Go Slow to Go Fast: Successful Engagement Strategies for Patient-Centered, Multi-Site Research, Involving Academic and Community-Based Organizations
In 2010, the Patient Centered Outcomes Research Institute (PCORI) was created to fund patient-centered research that meaningfully engages stakeholders impacted by that research. As a result, investigators became interested in understanding who are appropriate stakeholders and what meaningful engagement in research looks like (6, 8–10).
To understand how and when stakeholder engagement worked well and identify areas for enhancing engagement in a PCORI-funded research study of peer-to-peer support of older adults in three communities across the USA.
Qualitative interview study.
Twelve members of the inter-disciplinary research team.
Interviews were conducted via phone, recorded, and transcribed. Transcripts were analyzed using a constant comparative method to identify themes. Transcripts were independently coded; coded themes were discussed by a small group of the research team to check interpretation and clarify meaning. Once initial themes were identified, the interviews and codes were shared with an external consultant who recoded all 12 transcripts and conducted further analysis and interpretation. Documentation from research meetings was used to validate our findings.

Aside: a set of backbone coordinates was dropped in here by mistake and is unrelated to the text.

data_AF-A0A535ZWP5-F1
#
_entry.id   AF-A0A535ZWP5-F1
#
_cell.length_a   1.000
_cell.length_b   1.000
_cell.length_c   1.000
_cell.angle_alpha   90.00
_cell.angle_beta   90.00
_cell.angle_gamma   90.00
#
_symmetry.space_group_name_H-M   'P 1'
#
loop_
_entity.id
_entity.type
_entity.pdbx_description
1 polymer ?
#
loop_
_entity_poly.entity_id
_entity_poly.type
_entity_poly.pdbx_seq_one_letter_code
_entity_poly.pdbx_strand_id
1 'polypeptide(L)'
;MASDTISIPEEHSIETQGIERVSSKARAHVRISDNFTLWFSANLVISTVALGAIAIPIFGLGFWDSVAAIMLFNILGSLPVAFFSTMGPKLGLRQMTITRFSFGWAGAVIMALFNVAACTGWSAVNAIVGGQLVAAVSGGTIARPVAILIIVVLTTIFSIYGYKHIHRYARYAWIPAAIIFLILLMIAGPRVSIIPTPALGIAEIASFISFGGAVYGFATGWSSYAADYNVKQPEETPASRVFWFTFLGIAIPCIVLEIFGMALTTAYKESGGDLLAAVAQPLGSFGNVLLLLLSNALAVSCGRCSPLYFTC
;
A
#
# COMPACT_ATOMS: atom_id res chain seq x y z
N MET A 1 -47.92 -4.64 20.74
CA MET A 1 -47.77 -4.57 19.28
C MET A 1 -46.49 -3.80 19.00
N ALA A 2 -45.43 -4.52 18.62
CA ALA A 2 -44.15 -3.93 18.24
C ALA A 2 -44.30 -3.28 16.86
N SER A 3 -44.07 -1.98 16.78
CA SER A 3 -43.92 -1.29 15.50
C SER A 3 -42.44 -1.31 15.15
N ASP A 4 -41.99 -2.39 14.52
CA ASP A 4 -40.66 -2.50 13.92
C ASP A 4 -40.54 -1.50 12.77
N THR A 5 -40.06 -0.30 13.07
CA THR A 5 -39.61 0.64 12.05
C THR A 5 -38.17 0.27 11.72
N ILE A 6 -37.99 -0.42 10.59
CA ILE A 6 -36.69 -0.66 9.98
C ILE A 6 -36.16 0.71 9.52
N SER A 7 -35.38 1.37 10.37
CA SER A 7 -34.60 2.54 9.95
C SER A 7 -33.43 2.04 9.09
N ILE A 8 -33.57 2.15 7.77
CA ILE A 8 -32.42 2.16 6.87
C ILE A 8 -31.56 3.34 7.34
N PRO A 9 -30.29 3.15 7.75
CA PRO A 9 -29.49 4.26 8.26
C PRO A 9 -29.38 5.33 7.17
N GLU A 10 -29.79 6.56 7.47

Strategies for facilitating meaningful engagement in the partnership, proposal, study design, and planning phase were very similar to community-based participatory research and include the use of community to identify research needs, equitable compensation and leadership, and budgeting for engagement activities. Strategies in the data collection phase include the use of cultural brokers, weekly data calls between the academic PI and imbedded research assistants, and maintaining joint ownership for research.
Major funding institutions (e.g., NIH, PCORI) recognize that community engagement leads to higher quality, more meaningful research (7, 21). Our results support that assumption and in addition, suggest an investment in engagement strategies at the onset of a research project and the use of cultural brokers can greatly contribute to the success of implementing a large, multi-site research project.
KEY WORDSpatient-centered outcomes research qualitative research community-based participatory research aging evaluation
Financial support for this project was provided by PCORI, CER 1310-07844.
Compliance with Ethical Standards
Conflict of Interest
Emily Connors received consultation fees from the Alliance for Strong Families and Communities to analyze the qualitative data and support the development of this publication. All remaining authors declare that they do not have a conflict of interest.
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